Turkey will extend the three-month ban on layoffs that was imposed in April for three more months, Family, Labor and Social Services Minister Zehra Zümrüt Selçuk said Wednesday, in a move to offset shuttered businesses and unemployment as the country reopened its economy this month in the wake of the coronavirus outbreak.
The country, meanwhile, will deactivate a temporary pay system used over the past three months to top up workers' lost wages, the labor minister said.
Speaking to Anadolu Agency (AA) Editorial Desk, Selçuk said 400,000 people had left the short-term work allowance system in the past 10 days. She said the system could be replaced by other incentives instead.
More than 3.5 million have benefited from the system, data from the ministry shows.
Selçuk explained that as part of the social measures taken under the wider package of the Economic Stability Shield announced by President Recep Tayyip Erdoğan shortly after the emergence of the first case in the country, the ministry has so far provided some TL 20.5 billion (nearly $3 billion) of support, reaching more than 6 million households.
Expressing that they started the Social Protection Shield within the scope of this wider stimulus package, Selçuk said that they are carrying out programs focused on working life, social security, social services and social benefits.
The social benefits were classified under three categories as short-time work allowance, unemployment benefits, cash wage support and social benefits under the Social Protection Shield. "When we consider the entire package, we are talking about cash support of approximately TL 20.5 billion," Selçuk said.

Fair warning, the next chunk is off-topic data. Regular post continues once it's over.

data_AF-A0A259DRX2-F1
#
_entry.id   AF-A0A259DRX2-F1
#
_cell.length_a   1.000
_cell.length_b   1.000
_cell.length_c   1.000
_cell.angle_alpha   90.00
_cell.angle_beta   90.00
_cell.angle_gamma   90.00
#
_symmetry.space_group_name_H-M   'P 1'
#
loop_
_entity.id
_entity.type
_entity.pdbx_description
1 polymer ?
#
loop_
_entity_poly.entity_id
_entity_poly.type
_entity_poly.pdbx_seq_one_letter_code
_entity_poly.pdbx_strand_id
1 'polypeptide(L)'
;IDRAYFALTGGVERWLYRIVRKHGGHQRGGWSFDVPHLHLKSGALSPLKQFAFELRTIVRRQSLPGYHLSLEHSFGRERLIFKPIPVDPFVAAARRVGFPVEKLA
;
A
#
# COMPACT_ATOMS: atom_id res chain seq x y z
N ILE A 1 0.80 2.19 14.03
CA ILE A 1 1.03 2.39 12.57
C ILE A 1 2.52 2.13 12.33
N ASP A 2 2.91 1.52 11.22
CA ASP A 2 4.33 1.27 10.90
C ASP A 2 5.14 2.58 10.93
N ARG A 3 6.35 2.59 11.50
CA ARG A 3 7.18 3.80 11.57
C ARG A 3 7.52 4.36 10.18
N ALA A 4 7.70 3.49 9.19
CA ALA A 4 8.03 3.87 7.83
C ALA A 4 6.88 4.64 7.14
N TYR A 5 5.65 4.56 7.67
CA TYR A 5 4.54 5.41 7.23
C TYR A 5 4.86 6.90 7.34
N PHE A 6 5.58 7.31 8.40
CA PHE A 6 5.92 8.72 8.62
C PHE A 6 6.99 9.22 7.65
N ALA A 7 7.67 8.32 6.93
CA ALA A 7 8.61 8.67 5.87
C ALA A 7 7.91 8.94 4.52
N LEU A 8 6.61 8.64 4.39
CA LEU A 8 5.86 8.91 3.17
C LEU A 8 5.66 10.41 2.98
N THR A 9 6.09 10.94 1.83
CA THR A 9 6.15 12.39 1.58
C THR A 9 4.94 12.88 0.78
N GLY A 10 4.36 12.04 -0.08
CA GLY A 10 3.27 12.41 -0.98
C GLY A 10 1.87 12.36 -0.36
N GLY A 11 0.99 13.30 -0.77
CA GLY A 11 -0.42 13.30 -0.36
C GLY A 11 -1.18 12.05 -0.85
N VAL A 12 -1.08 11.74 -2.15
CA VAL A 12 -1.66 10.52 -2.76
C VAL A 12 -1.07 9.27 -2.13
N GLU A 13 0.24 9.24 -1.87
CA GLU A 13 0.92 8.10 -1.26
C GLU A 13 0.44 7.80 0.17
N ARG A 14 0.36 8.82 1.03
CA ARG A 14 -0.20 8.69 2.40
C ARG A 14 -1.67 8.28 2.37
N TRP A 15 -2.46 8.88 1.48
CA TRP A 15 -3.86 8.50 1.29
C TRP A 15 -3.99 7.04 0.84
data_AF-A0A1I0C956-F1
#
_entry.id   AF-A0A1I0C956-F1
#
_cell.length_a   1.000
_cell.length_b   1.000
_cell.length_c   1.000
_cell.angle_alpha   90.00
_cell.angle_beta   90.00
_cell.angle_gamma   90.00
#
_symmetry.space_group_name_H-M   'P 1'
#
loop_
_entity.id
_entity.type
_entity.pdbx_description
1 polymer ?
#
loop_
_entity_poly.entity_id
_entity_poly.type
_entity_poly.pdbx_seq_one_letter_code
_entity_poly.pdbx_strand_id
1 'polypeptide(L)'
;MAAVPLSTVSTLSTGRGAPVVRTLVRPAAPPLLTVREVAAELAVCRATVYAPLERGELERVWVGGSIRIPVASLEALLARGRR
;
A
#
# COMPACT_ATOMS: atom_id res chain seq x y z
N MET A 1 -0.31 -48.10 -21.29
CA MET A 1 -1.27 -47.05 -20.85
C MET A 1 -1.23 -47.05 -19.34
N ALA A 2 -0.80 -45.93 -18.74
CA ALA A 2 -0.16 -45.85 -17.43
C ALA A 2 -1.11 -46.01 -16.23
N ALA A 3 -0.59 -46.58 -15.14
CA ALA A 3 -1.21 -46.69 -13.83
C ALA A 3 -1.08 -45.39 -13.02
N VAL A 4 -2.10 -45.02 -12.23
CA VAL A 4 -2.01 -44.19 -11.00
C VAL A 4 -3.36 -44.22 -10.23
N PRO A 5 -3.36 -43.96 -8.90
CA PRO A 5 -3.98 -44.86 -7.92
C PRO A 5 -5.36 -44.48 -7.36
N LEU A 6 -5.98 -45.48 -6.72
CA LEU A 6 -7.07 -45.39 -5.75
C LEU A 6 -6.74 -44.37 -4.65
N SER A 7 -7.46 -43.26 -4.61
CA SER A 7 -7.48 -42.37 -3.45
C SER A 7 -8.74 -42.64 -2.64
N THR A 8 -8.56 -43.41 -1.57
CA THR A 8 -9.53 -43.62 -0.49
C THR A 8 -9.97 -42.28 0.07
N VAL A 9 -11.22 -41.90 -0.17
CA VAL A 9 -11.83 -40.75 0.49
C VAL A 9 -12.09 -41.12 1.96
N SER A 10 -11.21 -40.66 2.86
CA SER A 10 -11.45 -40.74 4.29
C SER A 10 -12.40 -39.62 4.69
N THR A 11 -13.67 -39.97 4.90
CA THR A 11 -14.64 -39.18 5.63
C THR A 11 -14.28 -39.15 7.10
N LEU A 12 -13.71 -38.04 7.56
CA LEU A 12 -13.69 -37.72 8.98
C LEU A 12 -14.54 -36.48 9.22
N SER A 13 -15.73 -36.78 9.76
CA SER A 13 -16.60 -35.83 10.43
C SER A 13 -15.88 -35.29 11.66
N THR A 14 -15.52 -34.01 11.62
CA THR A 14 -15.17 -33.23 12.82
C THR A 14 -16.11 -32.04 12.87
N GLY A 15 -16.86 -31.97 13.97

Through its 1,003 social assistance and solidarity foundations, Turkey reaches out to those in need, Selçuk added.
The minister explained that in the pre-pandemic period, some TL 120 million per month was sent periodically to the foundations, while that amount was increased to half a billion lira each month during the pandemic periodic.
The previously passed bill – the period of which is now set to be extended – aimed at creating a legal basis for banning layoffs to protect those lacking job security while mitigating the outbreak’s effects on the economy. The country has provided support of TL 39.24 (about $5.70) per day to workers forced to take unpaid leave due to the coronavirus outbreak for three months, while workers' contracts cannot be nullified for three months except in unconscionable situations. Their general health insurance payments were also set to be covered by the state.
During the pandemic period, the country has also paid 60% of staff salaries of firms forced out of business due to force majeure, such as the pandemic, with this short-term work allowance.
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